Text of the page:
Research on the relationship between transformational leadership and the different components of commitment have resulted in different findings. The meta-analytic studies suggest that employees working with transformational leaders demonstrate fewer withdrawal behaviors and are more committed to their organizations (Walumbwa et al., 2004; Walumbwa & Lawler, 2003). Heinitz and Rowold (2007) and Rafferty and Griffin (2004) reported positive relation of transformational leadership with affective commitment. Meyer, Stanley, Herscovitch & Topolnytsky (2002) identified four studies that examine the relationship between transformational leadership and affective commitment and continuance commitment and three studies investigating the relation with normative commitment. They found positive relation with affective commitment and normative commitment and a negative relation with continuance commitment. The meta analytic study of Jackson et al. (2013) also found transformational leadership is positively related to affective and normative commitment.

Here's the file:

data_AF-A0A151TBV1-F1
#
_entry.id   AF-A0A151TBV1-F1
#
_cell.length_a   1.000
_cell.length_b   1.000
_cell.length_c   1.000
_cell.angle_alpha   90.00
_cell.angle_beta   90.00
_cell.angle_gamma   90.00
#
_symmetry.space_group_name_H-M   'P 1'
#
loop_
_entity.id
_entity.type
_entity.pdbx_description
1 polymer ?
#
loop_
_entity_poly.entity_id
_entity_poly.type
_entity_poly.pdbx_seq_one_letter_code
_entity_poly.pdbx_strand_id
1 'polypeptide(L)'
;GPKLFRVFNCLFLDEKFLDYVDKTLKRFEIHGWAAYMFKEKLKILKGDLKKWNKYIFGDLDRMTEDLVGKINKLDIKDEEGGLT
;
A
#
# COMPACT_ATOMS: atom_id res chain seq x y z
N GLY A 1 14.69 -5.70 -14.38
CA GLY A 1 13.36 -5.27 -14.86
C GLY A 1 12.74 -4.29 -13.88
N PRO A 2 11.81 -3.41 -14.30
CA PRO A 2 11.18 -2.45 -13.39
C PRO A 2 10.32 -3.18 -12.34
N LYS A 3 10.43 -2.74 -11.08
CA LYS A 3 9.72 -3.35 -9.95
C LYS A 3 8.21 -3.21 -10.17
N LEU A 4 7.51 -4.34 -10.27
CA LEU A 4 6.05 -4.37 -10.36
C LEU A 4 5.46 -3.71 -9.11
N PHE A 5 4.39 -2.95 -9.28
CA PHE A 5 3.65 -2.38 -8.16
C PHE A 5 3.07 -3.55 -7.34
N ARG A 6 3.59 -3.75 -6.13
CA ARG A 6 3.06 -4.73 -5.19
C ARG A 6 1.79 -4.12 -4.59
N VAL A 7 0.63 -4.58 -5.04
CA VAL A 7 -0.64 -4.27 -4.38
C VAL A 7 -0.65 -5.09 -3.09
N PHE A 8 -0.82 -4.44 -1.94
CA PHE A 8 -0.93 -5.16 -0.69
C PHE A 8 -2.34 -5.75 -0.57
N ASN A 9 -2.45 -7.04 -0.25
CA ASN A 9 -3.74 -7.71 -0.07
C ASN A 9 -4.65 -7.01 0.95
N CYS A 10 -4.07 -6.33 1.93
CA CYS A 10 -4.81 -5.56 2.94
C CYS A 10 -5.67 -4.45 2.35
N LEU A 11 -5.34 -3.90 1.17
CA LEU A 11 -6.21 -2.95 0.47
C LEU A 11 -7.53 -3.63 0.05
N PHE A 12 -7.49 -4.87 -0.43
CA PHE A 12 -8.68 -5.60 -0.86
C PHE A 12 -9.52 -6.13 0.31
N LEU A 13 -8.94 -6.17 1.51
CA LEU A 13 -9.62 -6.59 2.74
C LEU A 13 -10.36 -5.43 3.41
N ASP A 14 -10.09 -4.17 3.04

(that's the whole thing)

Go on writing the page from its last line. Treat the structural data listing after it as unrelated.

Based on the literature, following hypotheses are proposed:
Hypothesis 1: Leadership is positively related to organizational commitment.
Hypothesis 2: Transformational leadership is positively related to affective commitment.
Hypothesis 3: Transformational leadership is positively related to normative commitment.